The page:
live: Oklahoma high school football: Week 8 scores and updates2020 Oklahoma election voter guide: Everything you need to know before Election Day

NewsOK: Oklahoma City News, Sports, Weather & Entertainment

Three men accused of mineral rights, royalties diversion scam

A federal grand jury meeting in Oklahoma City indicted three men accused of diverting royalty proceeds from real people to fictitious companies, leaving them facing numerous charges.

Casey Jobe, an Edmond man who at one time was a former division order analyst at Continental Resources; Anthony Hilbers, of Edmond; and Brandon Colbert, of Oklahoma City, were indicted by the grand jury.

Jobe, who worked for Continental from late 2011 through late 2013, faces a charge of conspiracy to commit wire fraud, a charge of wire fraud, two charges of aggravated identity theft and a charge of money laundering.

Hilbers faces a charge of conspiracy to commit wire fraud, a charge of wire fraud, two charges of aggravated identity theft and a charge of money laundering.

Colbert faces a charge of conspiracy to commit wire fraud.

The indictment accuses Jobe and one other unnamed co-conspirator who worked at Continental Resources until late 2015 of using their jobs researching ownership of oil and gas mineral interests related to accounts that the company suspended to divert funds to companies created by Jobe, Hilbers and Colbert.

The indictment states Continental Resources places mineral interest accounts into a suspended status whenever it lacks sufficient information necessary to make payments it owes on harvested minerals.

After making a diligent effort to locate a rightful owner, the company designates such accounts as either unclaimed or abandoned and reports that information to the state where the rights exist.

States, after receiving that information, claim proceeds of those accounts using the process of escheatment, which ensures property isn’t left in limbo without a clear owner.

States typically put those acquisitions into an unclaimed property fund.

The conspiracy charge accuses the three men of using their knowledge and access at Continental to identify specific mineral interest accounts that had significant suspended balances and could be fraudulently transferred to them with little chance of being discovered, given that the rightful owners either had died or could not be located.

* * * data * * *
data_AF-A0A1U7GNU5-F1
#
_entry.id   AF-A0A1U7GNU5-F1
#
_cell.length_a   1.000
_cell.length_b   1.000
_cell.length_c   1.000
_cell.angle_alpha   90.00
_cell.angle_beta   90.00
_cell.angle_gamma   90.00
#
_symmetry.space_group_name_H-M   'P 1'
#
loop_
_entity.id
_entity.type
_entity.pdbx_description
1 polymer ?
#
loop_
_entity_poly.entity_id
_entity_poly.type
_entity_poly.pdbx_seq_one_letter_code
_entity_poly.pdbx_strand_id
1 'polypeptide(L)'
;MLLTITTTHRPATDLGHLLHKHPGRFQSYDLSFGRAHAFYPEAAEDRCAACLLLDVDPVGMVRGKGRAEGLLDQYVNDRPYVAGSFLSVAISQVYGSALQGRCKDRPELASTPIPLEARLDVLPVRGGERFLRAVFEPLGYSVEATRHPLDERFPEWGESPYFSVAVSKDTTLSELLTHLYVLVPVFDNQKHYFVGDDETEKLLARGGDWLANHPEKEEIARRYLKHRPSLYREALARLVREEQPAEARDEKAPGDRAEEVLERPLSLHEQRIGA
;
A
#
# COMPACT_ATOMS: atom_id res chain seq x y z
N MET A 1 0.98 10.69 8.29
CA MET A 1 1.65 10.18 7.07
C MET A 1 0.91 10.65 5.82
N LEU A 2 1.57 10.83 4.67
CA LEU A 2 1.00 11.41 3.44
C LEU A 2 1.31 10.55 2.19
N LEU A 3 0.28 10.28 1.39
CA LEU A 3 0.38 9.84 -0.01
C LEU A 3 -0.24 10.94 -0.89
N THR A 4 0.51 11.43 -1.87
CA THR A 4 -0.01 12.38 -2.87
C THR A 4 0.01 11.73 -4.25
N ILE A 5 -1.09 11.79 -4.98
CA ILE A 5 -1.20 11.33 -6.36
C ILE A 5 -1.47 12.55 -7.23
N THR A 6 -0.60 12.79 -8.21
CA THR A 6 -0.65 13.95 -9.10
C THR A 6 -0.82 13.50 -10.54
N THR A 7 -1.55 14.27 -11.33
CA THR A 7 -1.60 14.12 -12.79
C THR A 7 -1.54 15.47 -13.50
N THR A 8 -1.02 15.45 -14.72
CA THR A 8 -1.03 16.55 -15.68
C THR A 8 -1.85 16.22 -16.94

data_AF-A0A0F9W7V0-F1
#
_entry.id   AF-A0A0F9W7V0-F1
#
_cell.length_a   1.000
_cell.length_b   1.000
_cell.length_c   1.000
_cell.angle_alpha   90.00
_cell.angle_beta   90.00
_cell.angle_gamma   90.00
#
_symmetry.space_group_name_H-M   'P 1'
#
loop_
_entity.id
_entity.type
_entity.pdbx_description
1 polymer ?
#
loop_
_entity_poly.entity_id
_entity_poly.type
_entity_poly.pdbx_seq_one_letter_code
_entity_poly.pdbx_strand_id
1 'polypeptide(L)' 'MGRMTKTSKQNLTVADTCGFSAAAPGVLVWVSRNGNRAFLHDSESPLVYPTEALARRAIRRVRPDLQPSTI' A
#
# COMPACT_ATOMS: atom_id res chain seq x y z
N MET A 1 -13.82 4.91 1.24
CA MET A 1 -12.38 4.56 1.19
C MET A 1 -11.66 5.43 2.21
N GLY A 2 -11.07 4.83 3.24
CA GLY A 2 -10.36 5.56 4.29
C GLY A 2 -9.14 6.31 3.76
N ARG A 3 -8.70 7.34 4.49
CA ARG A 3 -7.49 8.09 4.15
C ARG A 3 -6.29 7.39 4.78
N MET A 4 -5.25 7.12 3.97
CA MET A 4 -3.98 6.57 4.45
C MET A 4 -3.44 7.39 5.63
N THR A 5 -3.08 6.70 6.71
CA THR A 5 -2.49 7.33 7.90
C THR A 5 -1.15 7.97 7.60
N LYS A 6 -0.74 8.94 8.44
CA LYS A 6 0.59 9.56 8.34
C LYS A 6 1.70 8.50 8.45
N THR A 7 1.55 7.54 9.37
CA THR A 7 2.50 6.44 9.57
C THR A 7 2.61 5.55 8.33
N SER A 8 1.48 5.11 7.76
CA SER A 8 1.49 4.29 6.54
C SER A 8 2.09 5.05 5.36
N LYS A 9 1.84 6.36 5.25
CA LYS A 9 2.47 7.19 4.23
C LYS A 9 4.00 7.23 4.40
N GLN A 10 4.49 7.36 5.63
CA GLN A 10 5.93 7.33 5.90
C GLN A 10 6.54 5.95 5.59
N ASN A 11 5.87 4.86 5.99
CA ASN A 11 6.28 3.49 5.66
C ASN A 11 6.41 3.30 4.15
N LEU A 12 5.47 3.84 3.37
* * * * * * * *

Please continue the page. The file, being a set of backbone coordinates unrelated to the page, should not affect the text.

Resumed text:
That charge accuses the men of forging 15 fraudulent deeds that conveyed the mineral interests to various entities they controlled, of filing those deeds in counties where producing properties were located, and then of submitting those fraudulent deeds to Continental, causing it to wire royalty payments of $1.7 million to companies they created.

Once that money had been transferred, the charge accuses the three men of dividing up the proceeds among themselves by moving it into other accounts they controlled.

The wire fraud charge accuses Jobe and Hilbers of moving $153,448.38 from two suspended accounts at Continental Resources to JNR Energy, an entity Hilbers had created.

The aggravated identity theft charges accuse Jobe and Hilbers of forging names and signatures of various victims that are believed to have owned suspended accounts that were involved in the scheme.

The money laundering charge accuses Jobe and Hilbers of moving money from Hilbers' JNR Energy to an account created for CMJ Properties and Investments, a company Jobe created.

A spokesperson for Continental Resources said that while the company doesn't comment on pending litigation, it fully supports the charges that were filed against the three men.

Officials said an indictment leading to criminal charges is not evidence of guilt, adding that each defendant is presumed innocent and is entitled to a fair trial where prosecutors must prove guilt on the charges that person faces beyond a reasonable doubt.

Related Photos
[MetroCreative]

[MetroCreative]

<figure><img src="//cdn2.newsok.biz/cache/r960-54ccea2491cb414034c40948a9a8acaa.jpg" alt="Photo - [MetroCreative]" title="[MetroCreative]"><figcaption>[MetroCreative]</figcaption></figure>
Jack Money

Jack Money has worked for The Oklahoman for more than 20 years. During that time, he has worked for the paper’s city, state, metro and business news desks, including serving for a while as an assistant city editor. Money has won state and regional... Read more ›

Comments